Navigation Links
Proteins may behave differently in natural environments

When in an environment similar to that in which they exist naturally, proteins and multiprotein assemblies may demonstrate actions or dynamics different than those they exhibit when in the static form in which they are most often studied, said researchers at Baylor College of Medicine in a report in the current issue of the journal Structure.

In a study using electron cryomicroscopy, Dr. Steven Ludtke, assistant professor of biochemistry and molecular biology and co-director of the National Center for Macromolecular Imaging at BCM, and colleagues from BCM and The University of Texas Southwestern Medical Center in Dallas, found such dynamic behavior in a mutant form of a protein called GroEL, which chaperones or helps misfolded protein molecules fold into the shape that allows them to achieve their purpose in the cells. Misfolded proteins have been implicated in a number of neurodegenerative and other diseases.

Electron cryomicroscopy allows scientists to take very detailed two-dimensional images of individual molecules in a native-like environment. Then, using computers and the science of computational biology, they assemble tens of thousands of such images into three-dimensional models that demonstrate the dynamics of the proteins.

When Ludtke and his colleagues followed this procedure with the GroEL mutant with its sister-protein, GroES, they were surprised. Two of the structures were as they expected, but the third was "a strange-looking structure blown up like a balloon," he said.

"This sort of expansion has never been observed before," he said.

In terms of native GroEL, the finding may indicate the need to look at the chaperone itself more closely.

"The expansion was directly related to the function of the assembly. From a more global perspective, this is strong evidence that we need to study how any macromolecule behaves in a solution environment."
'"/>

Source:Baylor College of Medicine


Page: 1

Related biology news :

1. UF Researchers Map Bacterial Proteins That Cause Tooth Loss
2. Hirsute Or Hairless? Two Proteins May Spell The Difference
3. Proteins stop blood-vessel and tumor growth in mice
4. Proteins spur diabetic mice models to grow blood vessels, nerves
5. Parallel evolution: Proteins do it, too
6. Proteins as parents
7. Proteins anchor memories in our brain
8. Proteins necessary for brain development found to be critical for long-term memory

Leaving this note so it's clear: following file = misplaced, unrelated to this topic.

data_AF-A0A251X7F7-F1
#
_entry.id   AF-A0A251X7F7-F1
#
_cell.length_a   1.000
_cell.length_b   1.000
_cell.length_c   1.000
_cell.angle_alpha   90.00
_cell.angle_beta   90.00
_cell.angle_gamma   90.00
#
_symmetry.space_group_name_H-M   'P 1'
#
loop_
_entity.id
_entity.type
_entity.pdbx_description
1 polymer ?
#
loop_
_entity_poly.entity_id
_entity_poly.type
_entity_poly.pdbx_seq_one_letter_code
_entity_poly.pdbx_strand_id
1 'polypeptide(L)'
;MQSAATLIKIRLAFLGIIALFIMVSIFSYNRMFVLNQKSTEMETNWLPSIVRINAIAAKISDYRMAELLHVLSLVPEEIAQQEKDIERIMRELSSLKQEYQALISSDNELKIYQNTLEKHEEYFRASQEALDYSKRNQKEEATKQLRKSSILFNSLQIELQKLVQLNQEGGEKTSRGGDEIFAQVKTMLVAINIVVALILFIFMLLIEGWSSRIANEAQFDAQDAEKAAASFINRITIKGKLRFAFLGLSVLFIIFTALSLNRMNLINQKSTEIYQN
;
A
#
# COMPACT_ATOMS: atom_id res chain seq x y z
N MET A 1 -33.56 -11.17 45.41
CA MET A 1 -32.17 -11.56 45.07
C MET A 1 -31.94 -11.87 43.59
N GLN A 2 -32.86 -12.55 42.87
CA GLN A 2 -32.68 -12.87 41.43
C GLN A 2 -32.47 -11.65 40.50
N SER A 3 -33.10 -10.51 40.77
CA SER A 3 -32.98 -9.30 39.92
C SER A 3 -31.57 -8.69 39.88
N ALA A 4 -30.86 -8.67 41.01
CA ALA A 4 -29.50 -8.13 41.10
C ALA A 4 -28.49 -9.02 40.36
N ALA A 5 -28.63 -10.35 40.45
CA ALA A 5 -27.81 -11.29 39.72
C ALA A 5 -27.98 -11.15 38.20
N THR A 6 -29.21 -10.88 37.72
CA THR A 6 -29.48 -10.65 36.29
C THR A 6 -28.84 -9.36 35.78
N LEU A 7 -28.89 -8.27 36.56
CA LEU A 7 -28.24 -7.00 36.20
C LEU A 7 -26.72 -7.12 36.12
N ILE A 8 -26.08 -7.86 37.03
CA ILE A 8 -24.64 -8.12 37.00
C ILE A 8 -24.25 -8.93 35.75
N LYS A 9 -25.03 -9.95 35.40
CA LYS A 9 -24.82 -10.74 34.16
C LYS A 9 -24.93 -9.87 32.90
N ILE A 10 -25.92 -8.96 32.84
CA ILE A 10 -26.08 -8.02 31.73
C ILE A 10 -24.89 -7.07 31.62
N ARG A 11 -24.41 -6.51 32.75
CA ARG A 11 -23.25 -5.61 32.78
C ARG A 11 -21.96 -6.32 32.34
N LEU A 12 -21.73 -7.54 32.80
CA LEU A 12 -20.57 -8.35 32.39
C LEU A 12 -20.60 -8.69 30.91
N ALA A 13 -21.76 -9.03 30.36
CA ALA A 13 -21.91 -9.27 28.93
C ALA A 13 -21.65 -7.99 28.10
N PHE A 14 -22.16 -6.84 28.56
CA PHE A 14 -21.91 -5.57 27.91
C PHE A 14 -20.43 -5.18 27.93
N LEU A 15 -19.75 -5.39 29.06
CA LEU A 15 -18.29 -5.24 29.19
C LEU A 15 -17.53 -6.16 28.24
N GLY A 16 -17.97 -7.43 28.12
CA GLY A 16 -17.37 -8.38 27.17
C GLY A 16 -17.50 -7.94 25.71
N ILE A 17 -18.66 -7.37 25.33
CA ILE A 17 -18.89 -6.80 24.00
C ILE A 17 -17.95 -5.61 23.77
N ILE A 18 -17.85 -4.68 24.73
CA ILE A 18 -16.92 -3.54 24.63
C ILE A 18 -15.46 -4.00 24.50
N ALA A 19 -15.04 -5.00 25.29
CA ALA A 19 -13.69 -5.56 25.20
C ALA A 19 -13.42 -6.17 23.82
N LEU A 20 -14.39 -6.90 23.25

9. Proteins may predict lung transplant rejection
10. Proteins important in Alzheimers, Parkinsons disease travel in the slow lane
11. Tissue regeneration operates differently than expected
Post Your Comments:
*Name:
*Comment:
*Email:


(Date:5/20/2016)... MINNEAPOLIS , May 20, 2016  VoiceIt ... technology partnership with VoicePass. By working ... user experience.  Because VoiceIt and VoicePass take slightly ... two engines increases both security and usability. ... expressed excitement about this new partnership. ...
(Date:5/9/2016)... 9, 2016 Elevay is currently ... expanding freedom for high net worth professionals seeking travel ... globally connected world, there is still no substitute for ... duplicate sealing your deal with a firm handshake. This ... taking advantage of citizenship via investment programs like those ...
(Date:4/28/2016)... First quarter 2016:   , Revenues amounted ... quarter of 2015 The gross margin was 49% (27) ... the operating margin was 40% (-13) Earnings per share ... operations was SEK 249.9 M (21.2) , Outlook   ... M. The operating margin for 2016 is estimated to ...
Breaking Biology News(10 mins):
(Date:6/27/2016)... 27, 2016  Global demand for enzymes is ... 2020 to $7.2 billion.  This market includes enzymes ... products, biofuel production, animal feed, and other markets) ... biocatalysts). Food and beverages will remain the largest ... consumption of products containing enzymes in developing regions.  ...
(Date:6/27/2016)... (PRWEB) , ... June 27, 2016 , ... ... to bring innovative medical technologies, services and solutions to the healthcare market. The ... implementation of various distribution, manufacturing, sales and marketing strategies that are necessary to ...
(Date:6/24/2016)... DIEGO , June 24, 2016 ... more sensitively detects cancers susceptible to PARP inhibitors ... circulating tumor cells (CTCs). The new test has ... HRD-targeted therapeutics in multiple cancer types. ... targeting DNA damage response pathways, including PARP, ATM, ...
(Date:6/23/2016)... CAMBRIDGE, Mass. , June 23, 2016 /PRNewswire/ ... the development of novel compounds designed to target ... compound, napabucasin, has been granted Orphan Drug Designation ... in the treatment of gastric cancer, including gastroesophageal ... cancer stemness inhibitor designed to inhibit cancer stemness ...
Breaking Biology Technology: